The 8 Biggest Problems With Personal Fitness Goals

There are countless good reasons for starting a new fitness regimen. But no matter your motivation for pursuing fitness, it’s possible to be successful. It’s also possible to fail.

You’re free to define success and failure however you wish. For some people, exercising a few times a week is success, while others are interested in winning competitions or surpassing previously acknowledged human limits.

Goals are how we define success and failure for ourselves, and they motivate us to do better. But if your goals are problematic or misaligned, it’s going to cost you dearly.

What are the biggest problems associated with personal fitness goals, and how can you overcome them?

The Benefits and Drawbacks of Goals

According to Nathan Demetz of Demetz Personal Training, “Goals are critical to your success in the world of fitness. It’s why setting goals is one of the first things I do with all my clients. Unfortunately, most newcomers don’t have enough knowledge or context to set appropriate goals – and if they don’t have at least some external guidance, it can compromise their results.”

The Benefits and Drawbacks of Goals

Good goals are reasonable, challenging, motivating, and easy to understand and work with. In the right context, goals can help you work harder and achieve more.

In contrast, bad or poorly formed goals can lead you in the wrong direction, demotivate you, and even sabotage your results.

How is this the case, and how can you make sure your goals are good ones?

The Biggest Problems With Personal Fitness Goals

These are some of the biggest problems we see with personal fitness goals.

1. They’re not challenging.

One of the biggest problems people face is that their goals aren’t sufficiently challenging. Setting a goal to walk 10 minutes a day, 3 days a week might be challenging for some select individuals, but it’s not going to drive most people to improve their lifestyles or change their habits meaningfully.

One of the Biggest Problems With Personal Fitness Goals - They’re not challenging

You need something to work for – preferably, something beyond your current capabilities.

2. They’re too ambitious.

We also need to consider the other end of the spectrum. Ambitious goals are good, but it’s possible for goals to be too ambitious – and therefore practically unachievable. If you’re currently obese and you haven’t worked out in many years, it’s unreasonable to expect to run a 5-minute mile by the end of next month. Setting this type of goal may be temporarily inspiring, but it’s only going to make you feel defeated in the end.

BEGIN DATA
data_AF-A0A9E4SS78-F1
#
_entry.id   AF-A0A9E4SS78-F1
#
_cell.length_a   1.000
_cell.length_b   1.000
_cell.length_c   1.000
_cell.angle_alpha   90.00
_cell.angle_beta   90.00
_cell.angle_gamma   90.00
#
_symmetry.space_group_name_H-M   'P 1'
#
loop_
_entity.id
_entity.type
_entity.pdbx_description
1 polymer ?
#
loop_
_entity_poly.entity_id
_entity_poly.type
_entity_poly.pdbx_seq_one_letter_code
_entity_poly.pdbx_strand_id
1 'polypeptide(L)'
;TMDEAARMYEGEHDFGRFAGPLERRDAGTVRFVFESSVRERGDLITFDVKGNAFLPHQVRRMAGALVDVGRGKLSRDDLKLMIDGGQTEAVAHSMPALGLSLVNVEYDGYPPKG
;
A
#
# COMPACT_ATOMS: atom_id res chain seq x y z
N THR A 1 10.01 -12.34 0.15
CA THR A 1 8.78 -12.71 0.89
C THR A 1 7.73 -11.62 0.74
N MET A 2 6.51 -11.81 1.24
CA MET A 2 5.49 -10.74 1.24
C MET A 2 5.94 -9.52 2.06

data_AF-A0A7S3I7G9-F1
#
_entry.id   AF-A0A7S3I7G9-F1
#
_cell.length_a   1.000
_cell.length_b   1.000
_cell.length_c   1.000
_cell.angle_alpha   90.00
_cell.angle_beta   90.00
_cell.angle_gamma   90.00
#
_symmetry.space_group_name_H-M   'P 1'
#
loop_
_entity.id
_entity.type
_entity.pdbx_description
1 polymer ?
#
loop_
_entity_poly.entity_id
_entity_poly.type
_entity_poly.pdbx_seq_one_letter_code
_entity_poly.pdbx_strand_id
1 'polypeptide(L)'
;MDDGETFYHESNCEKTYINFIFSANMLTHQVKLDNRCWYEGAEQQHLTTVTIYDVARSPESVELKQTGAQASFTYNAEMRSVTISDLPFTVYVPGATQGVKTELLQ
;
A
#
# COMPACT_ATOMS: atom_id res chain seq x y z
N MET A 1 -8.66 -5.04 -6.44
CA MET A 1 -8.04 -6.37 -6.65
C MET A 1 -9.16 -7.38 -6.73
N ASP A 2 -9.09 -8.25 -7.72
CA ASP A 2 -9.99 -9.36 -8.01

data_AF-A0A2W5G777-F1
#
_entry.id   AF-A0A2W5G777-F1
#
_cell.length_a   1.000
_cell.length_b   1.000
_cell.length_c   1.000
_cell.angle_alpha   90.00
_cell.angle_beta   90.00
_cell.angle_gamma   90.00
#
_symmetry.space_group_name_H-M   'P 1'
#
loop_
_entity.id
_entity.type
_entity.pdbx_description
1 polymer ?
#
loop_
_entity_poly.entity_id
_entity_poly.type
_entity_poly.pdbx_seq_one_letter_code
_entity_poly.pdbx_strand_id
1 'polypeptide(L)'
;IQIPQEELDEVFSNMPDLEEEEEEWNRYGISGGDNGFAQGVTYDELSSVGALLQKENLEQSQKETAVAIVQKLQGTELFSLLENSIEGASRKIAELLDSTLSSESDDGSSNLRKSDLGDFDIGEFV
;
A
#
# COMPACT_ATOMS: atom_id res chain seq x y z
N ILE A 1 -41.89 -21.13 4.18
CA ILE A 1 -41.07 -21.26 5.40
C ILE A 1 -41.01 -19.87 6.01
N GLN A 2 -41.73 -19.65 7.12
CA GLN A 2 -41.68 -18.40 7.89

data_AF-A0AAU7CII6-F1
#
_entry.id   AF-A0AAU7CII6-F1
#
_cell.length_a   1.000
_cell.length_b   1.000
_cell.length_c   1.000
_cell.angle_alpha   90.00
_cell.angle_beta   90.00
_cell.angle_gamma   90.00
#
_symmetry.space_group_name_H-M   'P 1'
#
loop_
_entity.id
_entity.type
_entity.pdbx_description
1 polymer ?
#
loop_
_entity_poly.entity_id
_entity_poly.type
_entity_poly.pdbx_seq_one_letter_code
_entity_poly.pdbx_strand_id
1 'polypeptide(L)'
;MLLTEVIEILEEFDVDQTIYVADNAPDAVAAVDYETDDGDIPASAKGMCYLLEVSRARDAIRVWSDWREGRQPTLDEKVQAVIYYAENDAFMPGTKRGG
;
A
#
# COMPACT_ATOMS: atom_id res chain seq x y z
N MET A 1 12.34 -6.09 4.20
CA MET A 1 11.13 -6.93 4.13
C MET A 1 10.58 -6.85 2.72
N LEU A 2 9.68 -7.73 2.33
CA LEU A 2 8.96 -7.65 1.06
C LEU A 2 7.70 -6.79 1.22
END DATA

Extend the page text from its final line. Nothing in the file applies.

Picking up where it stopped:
3. They’re too broad.

Some goals are too broad to be meaningful. If your goal is to “get in better shape” or “get stronger,” you haven’t done enough work.

One of the Biggest Problems With Personal Fitness Goals - They’re too broad

These are certainly good aspirations, but goals need to be specifically defined if they’re going to be effective.

4. They’re too narrow.

In pursuit of this, goals can become too narrow. Wanting to bench press 300 pounds is great if you’re interested in building significant strength – but what about the rest of your body? Narrow goals do have a place in your motivational framework, but they shouldn’t exist totally in isolation.

5. They have no timeline or framework.

You need to have a timeline, or else your goals are practically worthless. Setting a goal to lose 40 pounds may be appropriate for you, but if you have an infinite amount of time to achieve it, you can endlessly procrastinate and make excuses without ever facing a reckoning. Set deadlines for yourself.

6. They aren’t sustainable.

Good fitness goals are ones that can be sustained indefinitely. You may want to achieve your lowest-ever weight, but is it reasonable to maintain that weight for years after? If you don’t keep sustainability in mind, you might crash after reaching your fitness goal.

7. They’re made prematurely.

It’s easier to set “good” fitness goals if you have knowledge, experience, and context for them. If you’re a total newcomer, you probably shouldn’t make goals entirely on your own; you should consider working with a personal trainer or other, more experienced peers.

8. They’re made by (or for) someone else.

There’s nothing wrong with reading or talking about fitness goals set by and for other people. But your goals should be hyper-specific to your needs, desires, schedule, and current fitness level. Highly personalized goals are the path to individual success.

One of the Biggest Problems With Personal Fitness Goals - They’re made by (or for) someone else

If you can overcome all these problems and keep your goals in alignment with your vision for your fitness-related future, you should have a reasonable blueprint for success. Your goals will require some fine-tuning and adjustment, of course, but they’ll serve as an ideal foundation for the next phases of your fitness journey.

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Written by HealthStatus Crew
Medical Writer & Editor

HealthStatus teams with authors from organizations to share interesting ideas, products and new health information to our readers.

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